Pavlak's more substantial argument is that even if Sec. 415(b) bars her claims under the Federal Communications Act, it should not be applied to her other civil rights claims against Mountain States arising from the same facts.
Most civil rights actions are based solely on violations of various provisions of the Civil Rights Act, which does not contain a statute of limitations. In those cases, therefore, the federal courts usually look to state law for the most analogous state statute of limitations. In Johnson v. Railway Express Agency, Inc., 421 U.S. 454, 95 S. Ct. 1716, 44 L. Ed. 2d 295 (1975), the Supreme Court explained:
Since there is no specifically stated or otherwise relevant federal statute of limitations for a cause of action under Sec. 1981, the controlling period would ordinarily be the most appropriate one provided by state law.
Id. at 462, 95 S. Ct. at 1721 (emphasis added). Here, however, a federal statute of limitations, 47 U.S.C. § 415(b), specifically addresses this violation of Pavlak's rights. We then face the question of whether to apply that statute to Pavlak's civil rights claims not brought under the Federal Communications Act, or to apply the state statute.
In another case involving multiple causes of action against a telephone company for participating in wiretapping, a district court in our circuit has held that Sec. 415(b) applies to all of the plaintiff's claims against the phone company. Cole v. Kelley, 438 F. Supp. 129, 145 (C.D. Cal. 1977).
Cole was decided properly. Where a federal statute of limitations is directly applicable to the facts, is the most analogous statute of limitations, and provides a reasonable opportunity to present civil rights claims, it is the proper statute of limitations to be applied. See Holmberg v. Armbrecht, 327 U.S. 392, 395, 66 S. Ct. 582, 584, 90 L. Ed. 743 (1946) ("If Congress explicitly puts a limit upon the time for enforcing a right which it created, there is an end of the matter. The Congressional statute of limitation is definitive.... The implied absorption of State statutes of limitation within the interstices of the federal enactments is a phase of fashioning remedial details where Congress has not spoken but left matters for judicial determination within the general framework of familiar legal principles.").
Pavlak argues that to bar her claims under Titles 42 and 18 U.S.C. "would be to ignore the clear intent of 42 U.S.C. [Sec.] 1988." That statute provides in relevant part:
The jurisdiction in civil and criminal matters conferred on the district courts by the provisions of this Title, and of Title "CIVIL RIGHTS," and of Title "CRIMES," for the protection of all persons in the United States in their civil rights, and for their vindication, shall be exercised and enforced in conformity with the laws of the United States, so far as such laws are suitable to carry the same into effect; but in all cases where they are not adapted to the object, or are deficient in the provisions necessary to furnish suitable remedies and punish offenses against law, the common law, as modified and changed by the constitution and statutes of the State wherein the court having jurisdiction of such civil or criminal cause is held, so far as the same is not inconsistent with the Constitution and laws of the United States, shall be extended to and govern the said courts in the trial and disposition of the cause.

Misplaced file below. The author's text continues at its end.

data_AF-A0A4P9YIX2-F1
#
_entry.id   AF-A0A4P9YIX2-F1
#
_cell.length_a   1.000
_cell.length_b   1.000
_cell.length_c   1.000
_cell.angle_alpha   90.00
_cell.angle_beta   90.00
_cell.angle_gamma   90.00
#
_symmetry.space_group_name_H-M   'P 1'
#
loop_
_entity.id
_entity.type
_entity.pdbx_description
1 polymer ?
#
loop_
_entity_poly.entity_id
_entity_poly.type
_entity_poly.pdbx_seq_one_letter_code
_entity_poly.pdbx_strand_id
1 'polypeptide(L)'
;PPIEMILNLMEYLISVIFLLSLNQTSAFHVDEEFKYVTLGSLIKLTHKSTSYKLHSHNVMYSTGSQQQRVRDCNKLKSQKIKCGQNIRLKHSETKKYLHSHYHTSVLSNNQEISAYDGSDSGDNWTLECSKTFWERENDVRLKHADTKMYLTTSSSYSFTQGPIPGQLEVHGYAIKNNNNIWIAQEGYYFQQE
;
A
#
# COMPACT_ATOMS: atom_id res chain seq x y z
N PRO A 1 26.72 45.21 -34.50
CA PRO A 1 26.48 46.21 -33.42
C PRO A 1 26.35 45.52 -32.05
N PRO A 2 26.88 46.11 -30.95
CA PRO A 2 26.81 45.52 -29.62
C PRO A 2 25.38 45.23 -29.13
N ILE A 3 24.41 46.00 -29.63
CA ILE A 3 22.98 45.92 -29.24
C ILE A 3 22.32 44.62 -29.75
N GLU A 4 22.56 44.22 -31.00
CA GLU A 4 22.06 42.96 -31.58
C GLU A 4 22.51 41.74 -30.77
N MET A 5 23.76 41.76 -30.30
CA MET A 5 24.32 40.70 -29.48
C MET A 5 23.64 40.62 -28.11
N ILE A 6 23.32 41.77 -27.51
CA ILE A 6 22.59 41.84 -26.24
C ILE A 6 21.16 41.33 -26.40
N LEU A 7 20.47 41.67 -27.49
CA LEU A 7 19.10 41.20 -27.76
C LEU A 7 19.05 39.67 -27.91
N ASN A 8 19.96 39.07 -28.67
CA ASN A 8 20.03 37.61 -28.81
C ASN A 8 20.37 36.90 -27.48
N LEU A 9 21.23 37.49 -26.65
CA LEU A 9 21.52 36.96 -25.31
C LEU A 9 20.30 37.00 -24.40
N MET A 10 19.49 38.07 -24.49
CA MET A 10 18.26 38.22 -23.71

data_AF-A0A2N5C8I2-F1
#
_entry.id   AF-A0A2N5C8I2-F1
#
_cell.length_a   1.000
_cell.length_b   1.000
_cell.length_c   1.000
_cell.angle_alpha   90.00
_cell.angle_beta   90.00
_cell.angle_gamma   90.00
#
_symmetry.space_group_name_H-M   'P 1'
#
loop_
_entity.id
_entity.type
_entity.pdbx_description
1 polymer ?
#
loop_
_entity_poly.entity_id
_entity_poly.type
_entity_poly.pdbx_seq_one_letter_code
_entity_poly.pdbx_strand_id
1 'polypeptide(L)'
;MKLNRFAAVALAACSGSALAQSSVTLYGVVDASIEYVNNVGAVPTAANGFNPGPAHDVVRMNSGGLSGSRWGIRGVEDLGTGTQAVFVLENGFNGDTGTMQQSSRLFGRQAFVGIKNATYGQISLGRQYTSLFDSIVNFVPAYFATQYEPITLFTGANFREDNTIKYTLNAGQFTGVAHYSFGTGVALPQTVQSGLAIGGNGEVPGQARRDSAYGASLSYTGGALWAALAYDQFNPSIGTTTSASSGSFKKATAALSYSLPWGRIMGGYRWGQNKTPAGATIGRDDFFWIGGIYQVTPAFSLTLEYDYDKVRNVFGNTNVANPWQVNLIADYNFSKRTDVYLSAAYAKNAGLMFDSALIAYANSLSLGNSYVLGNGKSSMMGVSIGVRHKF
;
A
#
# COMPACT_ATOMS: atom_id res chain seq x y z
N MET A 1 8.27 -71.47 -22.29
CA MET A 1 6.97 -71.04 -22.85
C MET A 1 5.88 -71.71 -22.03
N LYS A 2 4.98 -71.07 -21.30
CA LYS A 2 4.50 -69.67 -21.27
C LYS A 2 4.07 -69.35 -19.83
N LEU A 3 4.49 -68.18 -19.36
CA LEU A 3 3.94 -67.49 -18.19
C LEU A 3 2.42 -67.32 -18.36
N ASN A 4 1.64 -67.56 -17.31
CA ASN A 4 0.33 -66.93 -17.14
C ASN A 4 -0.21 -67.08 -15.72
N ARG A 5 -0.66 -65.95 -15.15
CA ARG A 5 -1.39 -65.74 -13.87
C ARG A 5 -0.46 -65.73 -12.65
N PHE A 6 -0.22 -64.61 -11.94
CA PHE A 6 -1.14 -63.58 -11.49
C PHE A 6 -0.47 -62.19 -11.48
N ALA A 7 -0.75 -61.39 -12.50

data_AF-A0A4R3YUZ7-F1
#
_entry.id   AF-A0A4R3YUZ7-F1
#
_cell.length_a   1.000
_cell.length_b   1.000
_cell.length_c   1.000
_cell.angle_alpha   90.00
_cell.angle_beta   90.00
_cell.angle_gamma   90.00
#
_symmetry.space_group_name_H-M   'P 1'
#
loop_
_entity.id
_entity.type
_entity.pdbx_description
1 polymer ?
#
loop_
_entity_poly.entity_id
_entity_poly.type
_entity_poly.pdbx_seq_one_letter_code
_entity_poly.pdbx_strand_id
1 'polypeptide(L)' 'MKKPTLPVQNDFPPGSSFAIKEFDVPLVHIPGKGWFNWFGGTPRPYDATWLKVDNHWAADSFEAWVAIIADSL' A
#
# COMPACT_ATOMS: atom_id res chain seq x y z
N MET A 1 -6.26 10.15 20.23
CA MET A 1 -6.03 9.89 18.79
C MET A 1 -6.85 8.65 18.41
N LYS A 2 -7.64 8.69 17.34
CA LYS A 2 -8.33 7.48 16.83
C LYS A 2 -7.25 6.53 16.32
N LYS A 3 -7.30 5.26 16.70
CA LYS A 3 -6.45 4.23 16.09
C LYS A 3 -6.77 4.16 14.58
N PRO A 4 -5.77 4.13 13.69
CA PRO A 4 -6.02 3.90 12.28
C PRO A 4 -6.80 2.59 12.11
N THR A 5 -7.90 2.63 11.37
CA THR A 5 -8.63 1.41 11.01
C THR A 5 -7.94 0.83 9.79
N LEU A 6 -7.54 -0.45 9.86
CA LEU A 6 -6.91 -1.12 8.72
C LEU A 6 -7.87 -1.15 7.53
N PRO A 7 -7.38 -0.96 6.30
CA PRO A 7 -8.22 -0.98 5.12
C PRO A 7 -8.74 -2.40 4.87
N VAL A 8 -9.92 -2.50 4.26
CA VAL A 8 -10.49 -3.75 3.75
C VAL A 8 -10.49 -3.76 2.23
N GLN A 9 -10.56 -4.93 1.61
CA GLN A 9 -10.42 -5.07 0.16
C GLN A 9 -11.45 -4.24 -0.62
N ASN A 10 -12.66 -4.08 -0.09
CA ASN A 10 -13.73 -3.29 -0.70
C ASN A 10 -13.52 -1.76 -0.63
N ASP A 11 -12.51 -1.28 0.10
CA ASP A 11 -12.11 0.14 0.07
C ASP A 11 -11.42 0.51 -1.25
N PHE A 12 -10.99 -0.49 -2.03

This provision does not preclude application of an appropriate federal statute of limitations to civil rights claims under Titles 42 or 18 U.S.C. Applying Sec. 415(b) does not bar, defeat, or inhibit the timely assertion of civil rights claims. Here, counsel cannot claim any surprise or unfairness from the application of the statute. In a published opinion, a district court in this circuit has decided the issue in the same manner. Cole v. Kelley, 438 F. Supp. 129, 145 (C.D. Cal. 1977).
Pavlak finally argues that although the two year statute of limitations in Sec. 415(b) is applied, if the limitations period runs from when she discovered her cause of action against Mountain States, and if the statute is tolled consistent with the Supreme Court's opinions in Crown, Cork & Seal Co., Inc. v. Parker, 462 U.S. ----, 103 S. Ct. 2392, 76 L. Ed. 2d 628 (1983), and Chardon v. Soto, 462 U.S. ----, 103 S. Ct. 2611, 77 L. Ed. 2d 74 (1983), two years did not elapse before filing her claim.
The statute of limitations does not begin to run in a suit alleging covert wiretapping such as this until the aggrieved person discovers or, by the exercise of due diligence could have discovered, the basis of the cause of action. Brown v. American Broadcasting Co., Inc., 704 F.2d 1296, 1304 (4th Cir. 1983); Smith v. Nixon, 606 F.2d 1183, 1190 (D.C. Cir. 1979); Awbrey v. Great Atlantic and Pacific Tea Co., 505 F. Supp. 604, 609 (N.D. Ga. 1980); Alioto v. Holtzman, 54 F.R.D. 602, 604 (E.D. Wis. 1972); see Nichols v. Hughes, 721 F.2d 657, 659 (9th Cir. 1983).
The wiretapping apparently ceased before March 28, 1977. In her district court briefs, Pavlak admitted that her cause of action accrued not later than April 26, 1977. Here she argues that she did not discover that she might have a cause of action against this particular defendant, Mountain States, until May 23, 1978, when Mountain States was added as a defendant in the related class action suit. Mountain States challenges this assertion.
Whether Pavlak should have through reasonable diligence recognized her cause of action against Mountain States earlier is a question of fact, and whether Mountain States' involvement was concealed by the other defendants is relevant to such an inquiry on remand. See Richards v. Mileski, 662 F.2d 65, 69-70 (D.C. Cir. 1981); Fitzgerald v. Seamans, 553 F.2d 220 (D.C. Cir. 1977).
We hold that the 47 U.S.C. § 415(b) two year statute of limitations applies to all of Pavlak's claims against Mountain States, and that the effect here of tolling pending certification in the related class suit is to suspend the running of the statute, rather than to renew it. Cf. Chardon v. Soto, 462 U.S. ----, 103 S. Ct. 2611, 2618 n. 13, 77 L. Ed. 2d 74 (1983). We remand for findings on when Pavlak discovered or should have discovered the basis of her claim against Mountain States and for further proceedings consistent with this opinion and the Supreme Court's opinions in Crown, Cork & Seal Co., Inc. v. Parker, 462 U.S. ----, 103 S. Ct. 2392, 76 L. Ed. 2d 628 (1983), and Chardon v. Soto, 462 U.S. ----, 103 S. Ct. 2611, 77 L. Ed. 2d 74 (1983).
The parties are requested to submit revised memoranda respecting the award of attorney's fees and costs in light of this disposition.